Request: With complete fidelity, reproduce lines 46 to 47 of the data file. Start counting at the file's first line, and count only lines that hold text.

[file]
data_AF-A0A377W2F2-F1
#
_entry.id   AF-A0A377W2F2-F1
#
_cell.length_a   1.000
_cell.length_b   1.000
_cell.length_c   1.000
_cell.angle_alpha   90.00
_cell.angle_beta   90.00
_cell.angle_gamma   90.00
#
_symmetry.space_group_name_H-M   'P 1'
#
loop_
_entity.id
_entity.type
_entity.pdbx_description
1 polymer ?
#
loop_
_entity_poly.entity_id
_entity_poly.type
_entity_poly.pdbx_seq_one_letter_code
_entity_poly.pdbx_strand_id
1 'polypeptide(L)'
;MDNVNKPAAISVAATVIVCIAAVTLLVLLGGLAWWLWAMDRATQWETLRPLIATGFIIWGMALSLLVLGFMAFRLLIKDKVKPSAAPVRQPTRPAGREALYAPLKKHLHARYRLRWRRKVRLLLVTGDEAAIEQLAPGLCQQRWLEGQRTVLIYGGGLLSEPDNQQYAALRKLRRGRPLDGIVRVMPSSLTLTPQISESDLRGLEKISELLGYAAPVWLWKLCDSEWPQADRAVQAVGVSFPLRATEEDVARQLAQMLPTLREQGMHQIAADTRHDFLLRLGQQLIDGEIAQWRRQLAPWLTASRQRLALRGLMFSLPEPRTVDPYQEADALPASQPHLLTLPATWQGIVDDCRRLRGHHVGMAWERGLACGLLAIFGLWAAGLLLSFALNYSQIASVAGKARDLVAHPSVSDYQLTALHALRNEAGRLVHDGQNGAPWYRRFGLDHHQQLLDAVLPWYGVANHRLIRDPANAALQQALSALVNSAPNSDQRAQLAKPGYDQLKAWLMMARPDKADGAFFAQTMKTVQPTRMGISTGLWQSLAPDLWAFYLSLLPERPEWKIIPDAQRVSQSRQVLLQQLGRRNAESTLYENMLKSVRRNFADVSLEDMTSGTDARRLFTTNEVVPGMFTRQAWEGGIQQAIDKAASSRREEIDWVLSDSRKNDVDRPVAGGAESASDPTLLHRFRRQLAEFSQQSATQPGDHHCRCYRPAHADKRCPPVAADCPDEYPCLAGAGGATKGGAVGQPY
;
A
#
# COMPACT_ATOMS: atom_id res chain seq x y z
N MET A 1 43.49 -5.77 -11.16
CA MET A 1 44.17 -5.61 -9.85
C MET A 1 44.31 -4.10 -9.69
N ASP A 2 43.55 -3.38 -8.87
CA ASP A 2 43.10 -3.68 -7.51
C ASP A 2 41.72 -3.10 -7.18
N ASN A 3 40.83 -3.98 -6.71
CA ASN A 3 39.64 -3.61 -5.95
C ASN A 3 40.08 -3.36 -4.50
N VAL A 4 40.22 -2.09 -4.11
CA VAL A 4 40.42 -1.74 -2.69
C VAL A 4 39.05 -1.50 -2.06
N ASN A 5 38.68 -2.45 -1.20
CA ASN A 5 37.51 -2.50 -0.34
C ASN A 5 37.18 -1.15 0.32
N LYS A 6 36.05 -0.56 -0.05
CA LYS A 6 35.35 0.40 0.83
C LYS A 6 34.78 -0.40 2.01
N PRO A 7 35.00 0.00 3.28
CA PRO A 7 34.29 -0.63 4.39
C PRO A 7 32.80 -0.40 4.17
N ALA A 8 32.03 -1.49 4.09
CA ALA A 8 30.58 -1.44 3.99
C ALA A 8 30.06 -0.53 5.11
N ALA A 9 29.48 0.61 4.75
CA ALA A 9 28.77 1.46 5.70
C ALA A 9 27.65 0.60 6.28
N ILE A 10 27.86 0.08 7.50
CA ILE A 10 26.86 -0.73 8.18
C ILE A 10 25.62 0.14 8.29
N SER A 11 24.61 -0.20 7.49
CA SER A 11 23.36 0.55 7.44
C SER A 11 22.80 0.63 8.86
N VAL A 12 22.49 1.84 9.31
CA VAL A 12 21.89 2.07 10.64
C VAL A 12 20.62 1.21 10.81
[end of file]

N LYS A 6 36.05 -0.56 -0.05
CA LYS A 6 35.35 0.40 0.83